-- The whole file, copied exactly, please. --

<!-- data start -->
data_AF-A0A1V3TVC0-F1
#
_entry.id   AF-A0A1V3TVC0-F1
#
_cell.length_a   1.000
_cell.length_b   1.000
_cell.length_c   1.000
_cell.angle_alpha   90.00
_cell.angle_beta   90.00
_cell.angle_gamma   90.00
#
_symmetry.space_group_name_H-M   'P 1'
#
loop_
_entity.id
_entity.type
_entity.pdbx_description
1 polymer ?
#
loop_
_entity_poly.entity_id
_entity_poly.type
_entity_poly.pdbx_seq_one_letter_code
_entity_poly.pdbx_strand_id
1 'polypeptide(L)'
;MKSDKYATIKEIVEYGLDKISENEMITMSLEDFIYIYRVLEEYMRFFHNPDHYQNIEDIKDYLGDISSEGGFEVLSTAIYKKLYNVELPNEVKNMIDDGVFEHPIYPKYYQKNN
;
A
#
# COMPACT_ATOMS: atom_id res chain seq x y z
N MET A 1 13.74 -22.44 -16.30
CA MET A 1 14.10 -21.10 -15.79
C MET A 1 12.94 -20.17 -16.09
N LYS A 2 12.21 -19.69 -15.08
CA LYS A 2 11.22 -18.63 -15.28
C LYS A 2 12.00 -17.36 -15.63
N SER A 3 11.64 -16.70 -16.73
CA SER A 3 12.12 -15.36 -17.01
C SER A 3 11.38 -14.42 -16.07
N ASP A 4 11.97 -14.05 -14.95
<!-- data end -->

data_AF-A0A1V3TVC0-F1
#
_entry.id   AF-A0A1V3TVC0-F1
#
_cell.length_a   1.000
_cell.length_b   1.000
_cell.length_c   1.000
_cell.angle_alpha   90.00
_cell.angle_beta   90.00
_cell.angle_gamma   90.00
#
_symmetry.space_group_name_H-M   'P 1'
#
loop_
_entity.id
_entity.type
_entity.pdbx_description
1 polymer ?
#
loop_
_entity_poly.entity_id
_entity_poly.type
_entity_poly.pdbx_seq_one_letter_code
_entity_poly.pdbx_strand_id
1 'polypeptide(L)'
;MKSDKYATIKEIVEYGLDKISENEMITMSLEDFIYIYRVLEEYMRFFHNPDHYQNIEDIKDYLGDISSEGGFEVLSTAIYKKLYNVELPNEVKNMIDDGVFEHPIYPKYYQKNN
;
A
#
# COMPACT_ATOMS: atom_id res chain seq x y z
N MET A 1 13.74 -22.44 -16.30
CA MET A 1 14.10 -21.10 -15.79
C MET A 1 12.94 -20.17 -16.09
N LYS A 2 12.21 -19.69 -15.08
CA LYS A 2 11.22 -18.63 -15.28
C LYS A 2 12.00 -17.36 -15.63
N SER A 3 11.64 -16.70 -16.73
CA SER A 3 12.12 -15.36 -17.01
C SER A 3 11.38 -14.42 -16.07
N ASP A 4 11.97 -14.05 -14.95